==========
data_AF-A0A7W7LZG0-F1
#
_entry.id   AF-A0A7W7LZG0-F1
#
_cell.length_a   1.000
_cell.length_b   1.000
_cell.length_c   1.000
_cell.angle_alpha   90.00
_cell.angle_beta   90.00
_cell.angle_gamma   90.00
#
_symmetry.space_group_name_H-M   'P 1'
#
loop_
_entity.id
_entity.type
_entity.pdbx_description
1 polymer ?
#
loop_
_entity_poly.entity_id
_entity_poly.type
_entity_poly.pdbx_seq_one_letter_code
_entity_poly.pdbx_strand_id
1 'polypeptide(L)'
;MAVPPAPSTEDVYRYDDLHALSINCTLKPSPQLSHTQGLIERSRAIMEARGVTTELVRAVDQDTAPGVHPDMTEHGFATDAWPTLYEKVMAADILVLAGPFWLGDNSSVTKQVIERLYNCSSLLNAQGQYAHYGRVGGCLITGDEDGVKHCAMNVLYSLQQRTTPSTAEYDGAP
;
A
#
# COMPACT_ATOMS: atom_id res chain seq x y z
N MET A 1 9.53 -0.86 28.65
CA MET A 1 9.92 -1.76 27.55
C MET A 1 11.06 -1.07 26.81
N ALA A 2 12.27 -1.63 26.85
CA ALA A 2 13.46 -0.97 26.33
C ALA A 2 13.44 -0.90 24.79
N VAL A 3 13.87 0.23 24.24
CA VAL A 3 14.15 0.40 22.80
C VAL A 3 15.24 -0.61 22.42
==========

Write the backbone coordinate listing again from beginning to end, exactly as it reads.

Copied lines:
data_AF-A0A7W7LZG0-F1
#
_entry.id   AF-A0A7W7LZG0-F1
#
_cell.length_a   1.000
_cell.length_b   1.000
_cell.length_c   1.000
_cell.angle_alpha   90.00
_cell.angle_beta   90.00
_cell.angle_gamma   90.00
#
_symmetry.space_group_name_H-M   'P 1'
#
loop_
_entity.id
_entity.type
_entity.pdbx_description
1 polymer ?
#
loop_
_entity_poly.entity_id
_entity_poly.type
_entity_poly.pdbx_seq_one_letter_code
_entity_poly.pdbx_strand_id
1 'polypeptide(L)'
;MAVPPAPSTEDVYRYDDLHALSINCTLKPSPQLSHTQGLIERSRAIMEARGVTTELVRAVDQDTAPGVHPDMTEHGFATDAWPTLYEKVMAADILVLAGPFWLGDNSSVTKQVIERLYNCSSLLNAQGQYAHYGRVGGCLITGDEDGVKHCAMNVLYSLQQRTTPSTAEYDGAP
;
A
#
# COMPACT_ATOMS: atom_id res chain seq x y z
N MET A 1 9.53 -0.86 28.65
CA MET A 1 9.92 -1.76 27.55
C MET A 1 11.06 -1.07 26.81
N ALA A 2 12.27 -1.63 26.85
CA ALA A 2 13.46 -0.97 26.33
C ALA A 2 13.44 -0.90 24.79
N VAL A 3 13.87 0.23 24.24
CA VAL A 3 14.15 0.40 22.80
C VAL A 3 15.24 -0.61 22.42